Mark Holmes was glad to see Liverpool benefit from Manchester City gamesmanship, and does not want to see an extended ban for Goran Popov.
Manchester City get their comeuppance
Liverpool's first goal at Manchester City on Sunday really didn't sit well with me.
As Edin Dzeko lay on the floor clutching his legs following a strong tackle from Daniel Agger, Liverpool refused to kick the ball out of play despite boos ringing around the Etihad Stadium and the protestations of some City players. Eventually, the ball fell to Daniel Sturridge, who superbly fired home.
Dzeko got booked for his protests and City boss Roberto Mancini was adamant after the game that Dzeko was fouled, also saying the visitors should "probably" have kicked the ball out of play.
I can certainly understand City's frustration at no foul being awarded - I'm undecided on it, but City know better than most that winning the ball does not always matter - but enough time had elapsed after Dzeko going down that Mancini's men cannot possibly blame anyone but themselves for conceding.
You may be wondering, then, why the goal did not sit well with me.
Well, every Manchester City fan will disagree, but I believe it is a tactic of their players to feign injury when the opposition has the ball, making them kick it out of play to bring an end to their attack and allow City's players to regroup.
I'm not offended by any of the dark arts in football, but this is certainly one of the more cynical ones. It's a tactic Neil Warnock has used for as long as I can remember, yet it goes largely unnoticed.
Had City won the ball back against Liverpool and gone on the attack themselves, Dzeko would have jumped to his feet. Even if he hadn't, City would have played on if they felt there was a chance to score. Yet we are supposed to believe Liverpool should have kicked the ball out?
It would have been very sportsmanlike of a Liverpool player to have done so, and any act of sportsmanship deserves praise. But in direct response to blatant gamesmanship by Dzeko, I'm delighted Liverpool played on and scored.
Spitting not the worst thing in football
Not for the first time, a spit in football has caused outrage.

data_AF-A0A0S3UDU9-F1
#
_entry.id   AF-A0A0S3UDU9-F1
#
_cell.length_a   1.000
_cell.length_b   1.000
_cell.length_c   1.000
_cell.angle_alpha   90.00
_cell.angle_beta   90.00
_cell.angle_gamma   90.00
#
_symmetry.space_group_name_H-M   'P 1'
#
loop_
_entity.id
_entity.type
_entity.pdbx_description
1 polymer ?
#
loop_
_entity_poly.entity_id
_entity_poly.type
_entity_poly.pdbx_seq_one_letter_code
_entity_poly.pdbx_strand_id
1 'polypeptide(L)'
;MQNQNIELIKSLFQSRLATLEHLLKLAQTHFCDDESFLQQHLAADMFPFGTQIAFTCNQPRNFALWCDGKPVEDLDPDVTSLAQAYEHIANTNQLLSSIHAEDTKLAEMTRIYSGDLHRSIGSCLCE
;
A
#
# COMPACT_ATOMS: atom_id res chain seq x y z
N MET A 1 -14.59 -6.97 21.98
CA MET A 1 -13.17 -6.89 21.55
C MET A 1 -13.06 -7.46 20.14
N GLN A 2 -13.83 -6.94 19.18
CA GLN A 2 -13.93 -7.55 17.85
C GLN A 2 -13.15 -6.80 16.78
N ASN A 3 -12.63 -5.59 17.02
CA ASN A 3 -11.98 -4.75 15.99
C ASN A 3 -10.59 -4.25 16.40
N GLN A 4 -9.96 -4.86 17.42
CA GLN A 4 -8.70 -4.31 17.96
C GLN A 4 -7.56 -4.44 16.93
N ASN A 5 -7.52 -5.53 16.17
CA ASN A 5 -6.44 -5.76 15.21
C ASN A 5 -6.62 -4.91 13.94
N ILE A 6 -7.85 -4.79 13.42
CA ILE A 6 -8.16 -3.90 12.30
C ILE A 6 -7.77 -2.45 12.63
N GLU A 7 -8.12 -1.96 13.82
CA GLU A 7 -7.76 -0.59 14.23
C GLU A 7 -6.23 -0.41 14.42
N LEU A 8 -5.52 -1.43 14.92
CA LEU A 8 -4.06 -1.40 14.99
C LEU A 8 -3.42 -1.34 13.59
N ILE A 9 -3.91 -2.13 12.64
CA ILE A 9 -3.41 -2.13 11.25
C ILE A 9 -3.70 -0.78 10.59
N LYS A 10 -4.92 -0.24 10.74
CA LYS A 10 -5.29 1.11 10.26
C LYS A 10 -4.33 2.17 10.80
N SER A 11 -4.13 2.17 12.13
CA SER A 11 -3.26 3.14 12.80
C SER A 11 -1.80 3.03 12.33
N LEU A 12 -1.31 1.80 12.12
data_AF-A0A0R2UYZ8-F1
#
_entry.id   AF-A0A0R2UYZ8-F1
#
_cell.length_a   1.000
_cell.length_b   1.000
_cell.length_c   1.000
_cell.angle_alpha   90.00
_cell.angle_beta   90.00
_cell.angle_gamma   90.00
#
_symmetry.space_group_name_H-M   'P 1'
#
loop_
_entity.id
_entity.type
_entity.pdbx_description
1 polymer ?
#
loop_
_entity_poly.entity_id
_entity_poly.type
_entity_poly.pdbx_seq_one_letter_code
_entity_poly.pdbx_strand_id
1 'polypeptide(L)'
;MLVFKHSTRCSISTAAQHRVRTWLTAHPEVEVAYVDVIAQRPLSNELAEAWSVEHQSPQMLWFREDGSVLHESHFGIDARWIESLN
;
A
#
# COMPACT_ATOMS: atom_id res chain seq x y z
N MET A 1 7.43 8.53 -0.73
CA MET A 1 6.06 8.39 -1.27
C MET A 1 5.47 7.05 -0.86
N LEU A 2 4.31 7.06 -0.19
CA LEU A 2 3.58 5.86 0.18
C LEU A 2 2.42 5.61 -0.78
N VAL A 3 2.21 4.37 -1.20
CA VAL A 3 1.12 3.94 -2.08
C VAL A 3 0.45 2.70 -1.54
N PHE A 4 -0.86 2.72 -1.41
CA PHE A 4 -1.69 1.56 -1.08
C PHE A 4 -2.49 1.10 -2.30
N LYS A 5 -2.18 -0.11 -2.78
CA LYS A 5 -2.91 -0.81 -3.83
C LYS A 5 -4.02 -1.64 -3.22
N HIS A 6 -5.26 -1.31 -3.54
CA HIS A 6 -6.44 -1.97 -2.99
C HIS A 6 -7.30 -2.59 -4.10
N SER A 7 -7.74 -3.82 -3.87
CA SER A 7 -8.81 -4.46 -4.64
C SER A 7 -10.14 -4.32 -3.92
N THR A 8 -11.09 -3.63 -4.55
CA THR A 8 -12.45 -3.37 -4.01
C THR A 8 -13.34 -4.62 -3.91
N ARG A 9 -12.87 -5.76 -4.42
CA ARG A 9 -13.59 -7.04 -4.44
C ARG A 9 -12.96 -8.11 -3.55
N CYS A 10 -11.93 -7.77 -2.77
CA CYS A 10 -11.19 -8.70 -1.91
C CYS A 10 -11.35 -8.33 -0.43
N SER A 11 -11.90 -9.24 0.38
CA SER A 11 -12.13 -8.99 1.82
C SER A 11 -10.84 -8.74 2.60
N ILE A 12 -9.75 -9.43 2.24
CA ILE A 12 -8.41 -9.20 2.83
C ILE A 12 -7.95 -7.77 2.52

To me, spitting at another player falls somewhere between calling an opponent a rude word and deliberately setting out to hurt someone. Spitting at someone is disgusting, but it's certainly not the worst thing that can happen on a football pitch.
According to football's apparent moral guardians, though, spitting is just about the lowest thing a player can do.
In the space of a few seconds on Sunday evening Alan Shearer described Goran Popov's spit at Kyle Walker as disgusting, vile horrible, disgusting (again), horrible (again), insisting there is "no place for it" in football and calling for a six-match ban.
To put that in perspective, a six-game ban is double what players usually receive for violent conduct and two games more than John Terry got for racially insulting an opponent.
Yet Shearer's suggestion is not as outrageous as it might appear as, in 1999, Patrick Vieira was banned for six games for spitting at Neil Ruddock. More recently, Fenerbahce midfielder Raul Meireles was handed an 11-game ban for spitting at a referee.
Spitting is not a nice thing to do, but dare I say it is another thing that Britons are more offended by than most other nationalities. After all, even a certain Lionel Messi has been caught spitting at opponents in Spain.
I don't want to downplay spitting as it is not a nice thing to do, but Popov spat towards Walker rather than on him or in his face, and I would lose faith in the Football Association altogether if they handed Popov an added charge in the way they recently did Chelsea's Eden Hazard before eventually seeing sense.
Odemwingie farce sums up player power
Unlike many, I do have some sympathy for players like Peter Odemwingie who want to move clubs. After all, if I received a better offer from a rival employer I could simply hand in my notice to take the new job.
Also, I refuse to believe Odemwingie and his advisers had not been given assurances by West Brom that he would be allowed to join QPR on transfer deadline day should an acceptable offer be made and a replacement secured. It just seems too far-fetched that Odemwingie would travel down to Loftus Road completely against his club's wishes, blindly hoping they would change their mind once he was there.
No, I'm certain West Brom would have happily sold Odemwingie, a player who they knew full well did not want to stay at The Hawthorns, under different circumstances.
Odemwingie made himself to look a fool by agreeing to talk to reporters in London, speaking with absolute confidence that a deal would be struck, but the only criticism I have of him was his initial reaction, particularly on Twitter, to West Brom's insistence that they did not want to sell him.
That he believed the club should grant him his wish regardless of their own needs sums up the attitude of many footballers, who believe it is the club that should be grateful for them rather than them be grateful for the club that pays them extortionate amounts of money each week.
West Brom's refusal to sell Odemwingie was one in the eye for all those players that think they can get what they want, no matter who they upset along the way.
You can follow me on Twitter @Homzy for more of my moaning. I'll also be hosting a live chat on TEAMtalk at 2pm to discuss my latest blog and any other thoughts from the weekend you may have.